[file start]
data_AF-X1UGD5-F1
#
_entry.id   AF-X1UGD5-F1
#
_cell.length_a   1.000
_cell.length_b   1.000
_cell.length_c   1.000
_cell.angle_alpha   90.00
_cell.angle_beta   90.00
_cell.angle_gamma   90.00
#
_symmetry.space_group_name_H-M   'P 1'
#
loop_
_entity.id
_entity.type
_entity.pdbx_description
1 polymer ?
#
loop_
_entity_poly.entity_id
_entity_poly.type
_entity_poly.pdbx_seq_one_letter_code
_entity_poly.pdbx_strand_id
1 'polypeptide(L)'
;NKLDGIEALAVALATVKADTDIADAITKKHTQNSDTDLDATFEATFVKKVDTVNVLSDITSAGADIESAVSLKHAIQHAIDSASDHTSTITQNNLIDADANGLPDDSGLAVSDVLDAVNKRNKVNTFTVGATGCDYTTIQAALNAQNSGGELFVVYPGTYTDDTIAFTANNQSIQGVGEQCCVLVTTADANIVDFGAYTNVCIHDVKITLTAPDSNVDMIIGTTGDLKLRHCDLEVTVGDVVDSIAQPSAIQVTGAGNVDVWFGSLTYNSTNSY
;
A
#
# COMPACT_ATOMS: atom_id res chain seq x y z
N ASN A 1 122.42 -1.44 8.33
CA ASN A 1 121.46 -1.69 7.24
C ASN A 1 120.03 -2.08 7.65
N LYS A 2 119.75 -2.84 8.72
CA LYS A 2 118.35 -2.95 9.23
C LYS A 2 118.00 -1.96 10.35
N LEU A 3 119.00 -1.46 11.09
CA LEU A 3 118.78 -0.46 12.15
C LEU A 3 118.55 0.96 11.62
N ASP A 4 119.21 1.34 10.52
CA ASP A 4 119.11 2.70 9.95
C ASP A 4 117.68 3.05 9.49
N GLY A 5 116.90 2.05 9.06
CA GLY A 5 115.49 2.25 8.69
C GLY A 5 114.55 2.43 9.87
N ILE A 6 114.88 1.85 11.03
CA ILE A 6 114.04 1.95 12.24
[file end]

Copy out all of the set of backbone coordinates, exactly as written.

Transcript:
data_AF-X1UGD5-F1
#
_entry.id   AF-X1UGD5-F1
#
_cell.length_a   1.000
_cell.length_b   1.000
_cell.length_c   1.000
_cell.angle_alpha   90.00
_cell.angle_beta   90.00
_cell.angle_gamma   90.00
#
_symmetry.space_group_name_H-M   'P 1'
#
loop_
_entity.id
_entity.type
_entity.pdbx_description
1 polymer ?
#
loop_
_entity_poly.entity_id
_entity_poly.type
_entity_poly.pdbx_seq_one_letter_code
_entity_poly.pdbx_strand_id
1 'polypeptide(L)'
;NKLDGIEALAVALATVKADTDIADAITKKHTQNSDTDLDATFEATFVKKVDTVNVLSDITSAGADIESAVSLKHAIQHAIDSASDHTSTITQNNLIDADANGLPDDSGLAVSDVLDAVNKRNKVNTFTVGATGCDYTTIQAALNAQNSGGELFVVYPGTYTDDTIAFTANNQSIQGVGEQCCVLVTTADANIVDFGAYTNVCIHDVKITLTAPDSNVDMIIGTTGDLKLRHCDLEVTVGDVVDSIAQPSAIQVTGAGNVDVWFGSLTYNSTNSY
;
A
#
# COMPACT_ATOMS: atom_id res chain seq x y z
N ASN A 1 122.42 -1.44 8.33
CA ASN A 1 121.46 -1.69 7.24
C ASN A 1 120.03 -2.08 7.65
N LYS A 2 119.75 -2.84 8.72
CA LYS A 2 118.35 -2.95 9.23
C LYS A 2 118.00 -1.96 10.35
N LEU A 3 119.00 -1.46 11.09
CA LEU A 3 118.78 -0.46 12.15
C LEU A 3 118.55 0.96 11.62
N ASP A 4 119.21 1.34 10.52
CA ASP A 4 119.11 2.70 9.95
C ASP A 4 117.68 3.05 9.49
N GLY A 5 116.90 2.05 9.06
CA GLY A 5 115.49 2.25 8.69
C GLY A 5 114.55 2.43 9.87
N ILE A 6 114.88 1.85 11.03
CA ILE A 6 114.04 1.95 12.24